This timely excerpt is taken from Larry Parsley’s devotional, An Easy Stroll Through a Short Gospel: Meditations on Mark. 

Peter declared, “Even if all fall away, I will not.” “Truly I tell you,” Jesus answered, “today—yes, tonight—before the rooster crows twice you yourself will disown me three times.” (14:29–30)

If you have read the gospels before, you may have this sense of foreboding as the disciples walk with Jesus from the Upper Room to the Garden of Gethsemane. Darkness is quickly falling and hope fading. Jesus reinforces the gloom when he shares the ancient prophecy from Zechariah about a struck shepherd and scattered sheep, predicting the disaster about to befall him and his disciples. Still, Jesus manages to hold out this flickering promise that he will rise and be united with his friends (v. 28).

Peter, predictably, will not hear of it! “Even if all fall away, I will not” (v. 29). Sadly, Jesus predicts that Peter’s resolve will have quickly melted away before the night is over. To describe Peter’s defection, Jesus uses that horrible word “disown,” which Peter will do not once but three times. What emotions fill Jesus’ heart at this moment? Surely deep disappointment and despair, but what else?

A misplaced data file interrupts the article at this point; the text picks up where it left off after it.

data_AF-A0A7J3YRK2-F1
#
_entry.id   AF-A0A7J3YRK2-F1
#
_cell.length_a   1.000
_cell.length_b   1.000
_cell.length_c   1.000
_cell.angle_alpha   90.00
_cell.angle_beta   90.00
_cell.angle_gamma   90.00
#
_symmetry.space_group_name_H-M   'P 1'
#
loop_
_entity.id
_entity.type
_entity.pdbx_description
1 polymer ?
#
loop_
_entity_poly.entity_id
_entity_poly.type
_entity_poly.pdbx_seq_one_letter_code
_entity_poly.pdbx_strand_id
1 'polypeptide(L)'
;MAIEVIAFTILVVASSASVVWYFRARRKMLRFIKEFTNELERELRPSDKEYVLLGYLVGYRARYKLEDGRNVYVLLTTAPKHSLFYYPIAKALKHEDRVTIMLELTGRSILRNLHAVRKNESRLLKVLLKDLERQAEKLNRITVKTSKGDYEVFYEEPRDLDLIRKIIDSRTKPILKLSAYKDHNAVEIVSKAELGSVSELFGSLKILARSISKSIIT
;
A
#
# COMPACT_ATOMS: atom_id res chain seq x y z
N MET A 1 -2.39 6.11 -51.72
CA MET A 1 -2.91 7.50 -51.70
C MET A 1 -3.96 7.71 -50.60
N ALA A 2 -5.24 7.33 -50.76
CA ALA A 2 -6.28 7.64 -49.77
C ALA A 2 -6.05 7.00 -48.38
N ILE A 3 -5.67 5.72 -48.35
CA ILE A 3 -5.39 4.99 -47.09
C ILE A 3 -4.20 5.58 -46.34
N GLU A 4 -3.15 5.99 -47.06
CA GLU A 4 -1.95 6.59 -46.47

My son Jack is in grad school, pursuing a career in higher education. When he was in preschool, he used to promise me that he was going to become a pilot and live next door to me when he grew up. And every day he was going to walk over to my house and say, “Where do you want to fly to today, Dad?” That memory helps me marvel at the wise and tender love in the heart of Jesus, which in that moment can forgive Peter for the failure of his best intentions.

Jesus, forgive us for our failure to live up to our ambitious promises.